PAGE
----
This post contains affiliate links for which I receive compensation

How big a quilt can a long arm quilting machine handle?

What is the maximum width and length my quilt can be to be quilted on a longarm quilting machine?


The size of the frame the machine rides on determines the size of the quilt.

For instance a 14 foot frame will handle a quilt something smaller than 168 inches (14ft x 12in). The long arm quilter will somehow need to clamp the quilt from the sides and that will take up some space. That said, if you have a bed quilt that is 100" wide by 80" long or 80" wide by 100" long that the quilt would attach the quilt onto the rollers whichever way it fit the best.

The long armer you choose would be able to answer your question specifically with regards to her/his machine.

But I am not a long arm quilter, so I am unable to answer this question exactly.

Readers, if you own a long arm, please do share your experiences quilting large quilts on it with the 'comments' link below. Thank you!


Julie Baird

Comments for How big a quilt can a long arm quilting machine handle?

Click here to add your own comments

large quilt means bobbin area too small
by: Nan

I have a 12' frame, and a 109 x 109 quilt with 119 x 119 backing. Once loaded on the quilter it is very hard to pull the machine to the side to change out the bobbin. There just isn't enough room.

Question: Can I load the quilt to the left and not in the center so the right side has more room to move the quilter over there to change the bobbin?

From the Editor: Yes, I believe so. You'll want to take care when loading everything so that the quilt, backing, and batting are square on the frame and not accidentally distorted.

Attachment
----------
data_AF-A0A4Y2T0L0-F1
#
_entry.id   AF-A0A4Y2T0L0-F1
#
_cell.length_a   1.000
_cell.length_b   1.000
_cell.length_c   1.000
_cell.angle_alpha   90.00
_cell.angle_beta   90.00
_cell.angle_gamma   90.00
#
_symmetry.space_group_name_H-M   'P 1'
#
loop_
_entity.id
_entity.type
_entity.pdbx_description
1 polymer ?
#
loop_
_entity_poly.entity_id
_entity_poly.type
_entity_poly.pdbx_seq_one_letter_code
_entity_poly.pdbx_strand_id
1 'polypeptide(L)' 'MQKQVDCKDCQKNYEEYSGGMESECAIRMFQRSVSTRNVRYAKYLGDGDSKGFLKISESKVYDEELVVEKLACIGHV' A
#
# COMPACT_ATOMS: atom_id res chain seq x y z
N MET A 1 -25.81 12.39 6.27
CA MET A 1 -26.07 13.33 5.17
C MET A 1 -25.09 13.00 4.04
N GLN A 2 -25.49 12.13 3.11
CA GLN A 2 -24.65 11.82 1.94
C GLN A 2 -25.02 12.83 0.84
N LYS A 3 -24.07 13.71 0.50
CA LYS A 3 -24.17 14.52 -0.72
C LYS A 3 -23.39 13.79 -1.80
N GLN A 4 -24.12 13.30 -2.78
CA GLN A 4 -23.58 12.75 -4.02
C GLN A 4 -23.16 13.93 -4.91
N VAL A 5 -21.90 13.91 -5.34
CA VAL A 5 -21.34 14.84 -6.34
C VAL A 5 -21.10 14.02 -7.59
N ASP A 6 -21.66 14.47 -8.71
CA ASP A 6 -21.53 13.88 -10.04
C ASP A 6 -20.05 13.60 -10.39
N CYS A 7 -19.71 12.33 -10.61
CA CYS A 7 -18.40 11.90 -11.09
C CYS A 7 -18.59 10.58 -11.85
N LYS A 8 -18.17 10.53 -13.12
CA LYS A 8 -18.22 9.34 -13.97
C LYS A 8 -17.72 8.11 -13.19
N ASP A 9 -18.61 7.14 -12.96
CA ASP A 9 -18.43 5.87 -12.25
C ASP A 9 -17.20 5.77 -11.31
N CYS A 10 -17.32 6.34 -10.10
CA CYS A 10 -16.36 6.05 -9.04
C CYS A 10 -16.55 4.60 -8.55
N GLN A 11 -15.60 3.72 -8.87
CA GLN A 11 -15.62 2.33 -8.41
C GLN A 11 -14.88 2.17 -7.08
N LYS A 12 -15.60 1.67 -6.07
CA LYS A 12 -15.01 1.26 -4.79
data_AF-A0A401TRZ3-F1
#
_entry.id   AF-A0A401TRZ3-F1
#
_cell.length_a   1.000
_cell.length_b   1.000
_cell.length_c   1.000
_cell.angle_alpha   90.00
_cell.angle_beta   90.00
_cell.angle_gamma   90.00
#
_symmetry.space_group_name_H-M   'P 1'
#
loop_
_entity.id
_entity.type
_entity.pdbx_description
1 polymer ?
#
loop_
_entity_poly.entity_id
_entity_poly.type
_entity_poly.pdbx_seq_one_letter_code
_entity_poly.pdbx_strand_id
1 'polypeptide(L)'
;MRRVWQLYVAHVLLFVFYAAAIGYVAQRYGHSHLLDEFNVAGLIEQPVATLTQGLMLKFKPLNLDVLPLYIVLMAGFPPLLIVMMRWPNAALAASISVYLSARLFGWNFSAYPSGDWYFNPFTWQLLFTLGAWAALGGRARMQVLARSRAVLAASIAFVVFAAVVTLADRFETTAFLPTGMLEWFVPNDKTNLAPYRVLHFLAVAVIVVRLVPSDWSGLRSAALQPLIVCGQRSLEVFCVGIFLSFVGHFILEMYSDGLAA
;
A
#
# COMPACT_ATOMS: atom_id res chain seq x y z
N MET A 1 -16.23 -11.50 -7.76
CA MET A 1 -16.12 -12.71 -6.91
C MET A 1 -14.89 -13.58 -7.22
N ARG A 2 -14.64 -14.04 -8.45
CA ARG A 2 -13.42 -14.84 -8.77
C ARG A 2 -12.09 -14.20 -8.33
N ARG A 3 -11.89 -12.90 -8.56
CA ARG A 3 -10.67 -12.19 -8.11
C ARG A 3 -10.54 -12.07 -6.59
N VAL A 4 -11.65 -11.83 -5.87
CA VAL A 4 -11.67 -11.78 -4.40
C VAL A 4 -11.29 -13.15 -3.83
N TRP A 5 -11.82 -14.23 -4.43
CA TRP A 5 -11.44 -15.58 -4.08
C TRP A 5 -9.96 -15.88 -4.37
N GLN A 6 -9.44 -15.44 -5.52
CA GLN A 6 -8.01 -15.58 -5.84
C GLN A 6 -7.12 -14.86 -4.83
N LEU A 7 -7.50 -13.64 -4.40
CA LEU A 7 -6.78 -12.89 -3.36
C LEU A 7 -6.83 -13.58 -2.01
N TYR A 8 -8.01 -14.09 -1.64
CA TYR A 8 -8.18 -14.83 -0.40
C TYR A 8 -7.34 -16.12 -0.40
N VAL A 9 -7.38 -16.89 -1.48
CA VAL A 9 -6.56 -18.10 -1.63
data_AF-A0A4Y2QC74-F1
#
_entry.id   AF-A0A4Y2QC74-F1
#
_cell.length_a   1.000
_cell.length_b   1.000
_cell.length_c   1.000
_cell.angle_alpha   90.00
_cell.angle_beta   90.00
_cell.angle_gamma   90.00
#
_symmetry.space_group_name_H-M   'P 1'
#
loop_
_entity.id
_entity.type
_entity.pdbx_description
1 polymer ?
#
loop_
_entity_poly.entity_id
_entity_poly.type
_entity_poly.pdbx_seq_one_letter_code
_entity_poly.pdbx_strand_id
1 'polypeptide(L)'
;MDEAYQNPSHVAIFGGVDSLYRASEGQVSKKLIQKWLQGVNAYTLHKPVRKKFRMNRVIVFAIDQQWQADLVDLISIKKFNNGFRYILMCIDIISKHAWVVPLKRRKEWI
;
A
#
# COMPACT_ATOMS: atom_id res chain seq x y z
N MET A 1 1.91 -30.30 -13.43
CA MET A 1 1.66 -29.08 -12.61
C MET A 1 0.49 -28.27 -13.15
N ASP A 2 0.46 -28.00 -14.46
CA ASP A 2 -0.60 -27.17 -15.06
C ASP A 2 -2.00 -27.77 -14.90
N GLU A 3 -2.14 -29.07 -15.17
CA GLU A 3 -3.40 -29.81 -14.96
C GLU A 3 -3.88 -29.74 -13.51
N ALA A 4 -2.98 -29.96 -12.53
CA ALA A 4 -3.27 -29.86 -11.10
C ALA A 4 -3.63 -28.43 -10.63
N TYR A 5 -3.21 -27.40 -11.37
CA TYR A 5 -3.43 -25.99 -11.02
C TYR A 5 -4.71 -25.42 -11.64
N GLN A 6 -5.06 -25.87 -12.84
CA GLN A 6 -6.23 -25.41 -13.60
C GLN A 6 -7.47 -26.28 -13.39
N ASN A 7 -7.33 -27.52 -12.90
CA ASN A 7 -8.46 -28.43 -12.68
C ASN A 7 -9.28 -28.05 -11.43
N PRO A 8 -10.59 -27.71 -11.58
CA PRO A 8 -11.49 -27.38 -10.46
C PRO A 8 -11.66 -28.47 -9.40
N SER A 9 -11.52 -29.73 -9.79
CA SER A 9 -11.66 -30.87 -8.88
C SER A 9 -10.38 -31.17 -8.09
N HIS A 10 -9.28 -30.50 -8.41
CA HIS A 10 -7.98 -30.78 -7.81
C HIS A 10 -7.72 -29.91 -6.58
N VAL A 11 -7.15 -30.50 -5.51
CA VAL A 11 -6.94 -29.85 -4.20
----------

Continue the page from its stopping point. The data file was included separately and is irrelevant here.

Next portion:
Julie Baird

Quilting King Size 10 foot frame
by: Zina

I am a middle of the road newbie long arm quilter. I continue having many questions. I have a 10 foot frame and a Sweet-16 long-arm.

I need guidance on how to load a 120" quilt on the machine, take it off, and reload it. I have no visual concept.

If I fold the quilt, how do I attach the straps? Do you hand baste the 4 to 6 inch fabric where you're going to fold the quilt to add the straps while quilting?

Is it easier doing custom for this undertaking?

Do you begin working from the center out, and in quadrants?

How would you do tackle a panto-graph?

How do you match your panto if you must reload the quilt?

Please, let me know, I have a good client, and I'd like to practice before I have an answer for her.

There may be things I haven't considered can you explain and be specific? I appreciate your answers to my dilemma.

Thank you

From the Editor: I'm not a long armer, so I'll have to rely on my readers to help answer your questions.

I've been investigating the purchase of an HQ Amara...they've got a ton of good videos about how to load quilts, etc. That might be of some help. Check out their YouTube channel for more information. I know the other manufacturers have YouTube channels, too. Again, great source of information.

I wish I could be of more help!


Julie Baird

Explain the process for a king size quilt, I'm a newbie on a 10 foot with a sweet sixteen. Help!
by: Anonymous

One of my clients wants me to make the quilt top for her pieced King Size Quilt. I will have time to practice, as she's coming from Florida to where I live in Ohio, in July, to bring me the finished pieced quilt.